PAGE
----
US home construction fell in November, as the recent recovery paused in the troubled sector, the Commerce Department said Wednesday.
Privately owned housing starts last month dropped 3.0 percent below the revised October estimate of 888,000 to a seasonally adjusted annual rate of 861,000.
The monthly drop was below the average analyst forecast of 875,000. However, the results are 21.6 percent above the November 2011 pace of 708,000.
New building permits for privately owned housing units, which signal potential future homebuilding, rose 3.6 percent compared to October's revised 868,000, coming in at a seasonally adjusted rate of 899,000. On average, analysts had expected 876,000.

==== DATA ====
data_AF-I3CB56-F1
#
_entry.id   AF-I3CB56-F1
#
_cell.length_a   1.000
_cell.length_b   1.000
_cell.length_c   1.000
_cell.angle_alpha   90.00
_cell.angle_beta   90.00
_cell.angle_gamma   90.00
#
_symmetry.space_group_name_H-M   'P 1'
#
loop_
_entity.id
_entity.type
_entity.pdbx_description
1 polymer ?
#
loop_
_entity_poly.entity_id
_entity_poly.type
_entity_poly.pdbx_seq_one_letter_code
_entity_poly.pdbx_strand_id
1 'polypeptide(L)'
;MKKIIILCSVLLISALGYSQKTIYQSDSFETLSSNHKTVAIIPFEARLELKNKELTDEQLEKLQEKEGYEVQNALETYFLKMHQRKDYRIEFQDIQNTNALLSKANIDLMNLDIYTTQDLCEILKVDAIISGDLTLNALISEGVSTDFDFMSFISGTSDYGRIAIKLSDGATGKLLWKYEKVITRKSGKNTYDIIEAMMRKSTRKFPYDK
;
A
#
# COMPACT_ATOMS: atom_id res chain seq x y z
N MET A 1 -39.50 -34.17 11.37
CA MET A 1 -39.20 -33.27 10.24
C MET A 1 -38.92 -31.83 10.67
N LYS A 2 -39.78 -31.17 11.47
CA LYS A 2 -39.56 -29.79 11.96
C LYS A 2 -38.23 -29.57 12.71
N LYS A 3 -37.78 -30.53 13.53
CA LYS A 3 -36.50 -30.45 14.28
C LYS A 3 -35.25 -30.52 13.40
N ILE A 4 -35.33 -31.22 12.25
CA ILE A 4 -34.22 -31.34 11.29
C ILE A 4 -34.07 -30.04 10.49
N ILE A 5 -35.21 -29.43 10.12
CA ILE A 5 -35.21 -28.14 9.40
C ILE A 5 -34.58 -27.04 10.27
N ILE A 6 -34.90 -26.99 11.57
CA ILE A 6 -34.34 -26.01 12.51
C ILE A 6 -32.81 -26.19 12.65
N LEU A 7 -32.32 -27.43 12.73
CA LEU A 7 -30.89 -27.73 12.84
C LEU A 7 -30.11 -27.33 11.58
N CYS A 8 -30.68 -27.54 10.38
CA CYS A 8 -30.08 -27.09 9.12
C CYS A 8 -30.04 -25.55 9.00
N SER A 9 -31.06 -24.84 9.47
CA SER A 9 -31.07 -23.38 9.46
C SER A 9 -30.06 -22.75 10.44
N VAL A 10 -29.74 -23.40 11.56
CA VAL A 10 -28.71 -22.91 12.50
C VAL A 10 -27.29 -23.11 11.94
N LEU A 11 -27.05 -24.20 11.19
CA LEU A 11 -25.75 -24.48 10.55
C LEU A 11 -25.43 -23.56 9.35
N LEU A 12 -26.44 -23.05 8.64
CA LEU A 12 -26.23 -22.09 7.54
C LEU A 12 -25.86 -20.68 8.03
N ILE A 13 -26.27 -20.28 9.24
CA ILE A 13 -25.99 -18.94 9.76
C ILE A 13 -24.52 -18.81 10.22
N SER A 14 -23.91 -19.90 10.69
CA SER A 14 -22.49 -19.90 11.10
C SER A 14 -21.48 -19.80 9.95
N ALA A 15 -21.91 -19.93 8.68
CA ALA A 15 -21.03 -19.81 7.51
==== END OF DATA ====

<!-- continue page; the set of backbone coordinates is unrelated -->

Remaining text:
The results are also 26.8 percent above the estimate for the November 2011 estimate of 709,000.
"Despite the decline, housing starts... stand at their second highest level since July 2008," said analysts with Barclays Research.
"Permit activity suggests the upward momentum in the pace of start activity can continue in the months ahead."
In recent months, data has indicated the US housing recovery from the 2006 collapse of a price bubble is gaining traction, with sales and prices picking up.